Steve Backshall thrives on close encounters with dangerous predators. The intrepid naturalist is back with a new series that sees him tangle with carnivorous reptiles, swim with deadly electric eels, even handle a bullet ant whose sting delivers pain like a gunshot. “An ant that has the power to make a grown man cry… that’s very, very special,” he rhapsodises, as others might coo over a fluffy chick.
When not testing his wits against the animal kingdom’s most lethal weapons, the toughest man on TV can be found honing his fitness. And boy, is he fit: his achievements include running the gruelling Marathon des Sables, the equivalent of five-and-a-half marathons, in the Sahara. As a climber, he specialises in first ascents up the world’s most daunting mountains. He finished in the top ten of the UK Tough Guy event. Oh, and he’s a martial arts black belt.
Backshall is 43 on 21st April, yet his life still revolves around the words “extreme” and “challenge” – even in the domestic sphere. The woman he shares a home with, fiancée Helen Glover, 29, is the world’s top-ranked female rower. His own training regime follows his mantra of “the wilder the better” – yet her approach to fitness leaves him gasping for breath. And she doesn’t like to lose…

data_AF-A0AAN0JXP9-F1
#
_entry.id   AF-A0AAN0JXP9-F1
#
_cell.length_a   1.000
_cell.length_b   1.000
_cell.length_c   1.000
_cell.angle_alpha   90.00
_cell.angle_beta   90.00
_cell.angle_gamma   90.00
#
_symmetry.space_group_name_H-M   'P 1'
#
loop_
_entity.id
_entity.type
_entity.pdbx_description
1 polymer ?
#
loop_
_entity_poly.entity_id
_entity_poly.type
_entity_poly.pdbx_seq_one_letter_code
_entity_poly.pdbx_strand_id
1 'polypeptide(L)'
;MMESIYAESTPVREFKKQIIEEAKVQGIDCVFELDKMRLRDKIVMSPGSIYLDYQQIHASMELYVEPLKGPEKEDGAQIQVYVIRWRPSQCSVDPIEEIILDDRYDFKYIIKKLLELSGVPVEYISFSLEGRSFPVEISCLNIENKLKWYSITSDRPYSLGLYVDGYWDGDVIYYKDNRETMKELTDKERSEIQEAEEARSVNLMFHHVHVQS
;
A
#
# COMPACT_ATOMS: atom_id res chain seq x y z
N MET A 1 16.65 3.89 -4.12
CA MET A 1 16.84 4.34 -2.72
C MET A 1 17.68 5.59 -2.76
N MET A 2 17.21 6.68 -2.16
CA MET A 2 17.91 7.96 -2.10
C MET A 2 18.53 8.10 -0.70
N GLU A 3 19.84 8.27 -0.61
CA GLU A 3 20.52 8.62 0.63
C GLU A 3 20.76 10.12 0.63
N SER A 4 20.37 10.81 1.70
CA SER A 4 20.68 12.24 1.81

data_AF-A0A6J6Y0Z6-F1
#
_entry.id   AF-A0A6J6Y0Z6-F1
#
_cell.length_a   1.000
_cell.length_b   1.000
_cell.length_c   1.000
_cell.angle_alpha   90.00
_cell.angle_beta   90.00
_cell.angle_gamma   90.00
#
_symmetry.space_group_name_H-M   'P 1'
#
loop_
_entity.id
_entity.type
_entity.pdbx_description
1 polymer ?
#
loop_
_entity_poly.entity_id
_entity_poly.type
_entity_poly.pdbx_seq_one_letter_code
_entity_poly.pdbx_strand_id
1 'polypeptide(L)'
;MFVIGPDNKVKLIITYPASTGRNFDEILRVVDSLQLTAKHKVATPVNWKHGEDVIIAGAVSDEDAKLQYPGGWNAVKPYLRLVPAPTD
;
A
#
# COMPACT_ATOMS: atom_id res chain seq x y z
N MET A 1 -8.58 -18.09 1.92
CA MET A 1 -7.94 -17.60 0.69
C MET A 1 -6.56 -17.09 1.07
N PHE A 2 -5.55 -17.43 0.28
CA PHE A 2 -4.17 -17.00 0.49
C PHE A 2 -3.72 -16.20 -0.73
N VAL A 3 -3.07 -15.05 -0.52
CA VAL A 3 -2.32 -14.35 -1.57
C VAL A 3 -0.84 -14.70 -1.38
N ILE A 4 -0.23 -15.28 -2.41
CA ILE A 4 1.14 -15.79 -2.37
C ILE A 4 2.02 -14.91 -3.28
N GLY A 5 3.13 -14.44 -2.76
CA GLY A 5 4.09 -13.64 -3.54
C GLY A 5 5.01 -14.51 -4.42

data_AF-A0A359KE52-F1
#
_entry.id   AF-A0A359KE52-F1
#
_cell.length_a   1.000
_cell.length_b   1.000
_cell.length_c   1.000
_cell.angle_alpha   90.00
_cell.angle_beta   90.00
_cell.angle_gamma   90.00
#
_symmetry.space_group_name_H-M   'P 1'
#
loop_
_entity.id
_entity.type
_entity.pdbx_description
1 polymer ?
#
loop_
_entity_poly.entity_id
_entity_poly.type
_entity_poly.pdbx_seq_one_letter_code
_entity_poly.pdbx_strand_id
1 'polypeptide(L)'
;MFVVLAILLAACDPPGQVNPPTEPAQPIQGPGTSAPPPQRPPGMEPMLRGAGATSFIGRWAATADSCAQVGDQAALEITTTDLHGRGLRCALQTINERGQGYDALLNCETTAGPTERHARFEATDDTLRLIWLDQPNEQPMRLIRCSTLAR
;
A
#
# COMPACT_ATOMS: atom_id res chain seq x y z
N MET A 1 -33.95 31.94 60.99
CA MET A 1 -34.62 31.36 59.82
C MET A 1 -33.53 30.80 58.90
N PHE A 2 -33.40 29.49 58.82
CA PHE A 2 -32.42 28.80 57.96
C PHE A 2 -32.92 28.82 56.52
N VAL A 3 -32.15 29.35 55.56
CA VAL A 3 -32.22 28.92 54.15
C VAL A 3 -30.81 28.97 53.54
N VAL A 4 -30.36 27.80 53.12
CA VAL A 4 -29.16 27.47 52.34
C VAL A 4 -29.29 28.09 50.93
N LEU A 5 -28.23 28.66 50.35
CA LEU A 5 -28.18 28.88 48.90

How competitive are you with each other?
STEVE Very. With the Olympics in Rio in August, time at home is for Hels to get her zip back after what must be the most intense training any athlete goes through. We sit around trying to beat each other at word puzzles or board games. Or we go in the garden and play boules or badminton, and that does get serious.
HELEN I’m always the one who’s more disappointed when I lose. We both know that. Whenever Steve wins, he looks at me carefully to see how annoyed I am.
What about domestic chores?
HELEN I have to admit Steve does most.
STEVE There’s one little word there…
HELEN OK, he does all of it! I would have cereal for dinner and then run out of the door with an apple for breakfast. Steve’s very good. He makes me a smoothie and cooks a great dinner.
When you have a break, how do you relax?
HELEN We do sport together. We play tennis. We do swimming races across the river, paddle-boarding, kayaking, climbing, mountain biking, cycling…